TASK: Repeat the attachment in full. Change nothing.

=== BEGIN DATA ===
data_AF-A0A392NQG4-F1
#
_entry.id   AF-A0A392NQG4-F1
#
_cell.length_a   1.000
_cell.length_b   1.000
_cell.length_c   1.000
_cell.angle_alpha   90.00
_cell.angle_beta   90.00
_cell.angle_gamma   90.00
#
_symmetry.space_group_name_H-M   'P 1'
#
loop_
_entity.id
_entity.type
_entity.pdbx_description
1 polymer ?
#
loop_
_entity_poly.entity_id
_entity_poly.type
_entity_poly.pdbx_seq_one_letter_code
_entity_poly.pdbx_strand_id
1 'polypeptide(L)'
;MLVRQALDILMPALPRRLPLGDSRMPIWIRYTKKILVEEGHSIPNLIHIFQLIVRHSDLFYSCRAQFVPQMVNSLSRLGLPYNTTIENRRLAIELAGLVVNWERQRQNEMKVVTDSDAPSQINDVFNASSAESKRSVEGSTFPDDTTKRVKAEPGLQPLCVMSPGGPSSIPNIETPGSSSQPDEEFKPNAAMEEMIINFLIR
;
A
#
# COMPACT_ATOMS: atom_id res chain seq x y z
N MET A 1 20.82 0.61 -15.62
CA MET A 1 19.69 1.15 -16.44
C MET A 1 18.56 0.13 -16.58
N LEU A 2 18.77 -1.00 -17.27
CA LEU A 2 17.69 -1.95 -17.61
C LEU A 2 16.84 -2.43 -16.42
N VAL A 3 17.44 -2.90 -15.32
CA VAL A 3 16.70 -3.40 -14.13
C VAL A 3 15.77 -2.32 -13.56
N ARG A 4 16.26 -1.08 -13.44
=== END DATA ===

data_AF-A0A392NQG4-F1
#
_entry.id   AF-A0A392NQG4-F1
#
_cell.length_a   1.000
_cell.length_b   1.000
_cell.length_c   1.000
_cell.angle_alpha   90.00
_cell.angle_beta   90.00
_cell.angle_gamma   90.00
#
_symmetry.space_group_name_H-M   'P 1'
#
loop_
_entity.id
_entity.type
_entity.pdbx_description
1 polymer ?
#
loop_
_entity_poly.entity_id
_entity_poly.type
_entity_poly.pdbx_seq_one_letter_code
_entity_poly.pdbx_strand_id
1 'polypeptide(L)'
;MLVRQALDILMPALPRRLPLGDSRMPIWIRYTKKILVEEGHSIPNLIHIFQLIVRHSDLFYSCRAQFVPQMVNSLSRLGLPYNTTIENRRLAIELAGLVVNWERQRQNEMKVVTDSDAPSQINDVFNASSAESKRSVEGSTFPDDTTKRVKAEPGLQPLCVMSPGGPSSIPNIETPGSSSQPDEEFKPNAAMEEMIINFLIR
;
A
#
# COMPACT_ATOMS: atom_id res chain seq x y z
N MET A 1 20.82 0.61 -15.62
CA MET A 1 19.69 1.15 -16.44
C MET A 1 18.56 0.13 -16.58
N LEU A 2 18.77 -1.00 -17.27
CA LEU A 2 17.69 -1.95 -17.61
C LEU A 2 16.84 -2.43 -16.42
N VAL A 3 17.44 -2.90 -15.32
CA VAL A 3 16.70 -3.40 -14.13
C VAL A 3 15.77 -2.32 -13.56
N ARG A 4 16.26 -1.08 -13.44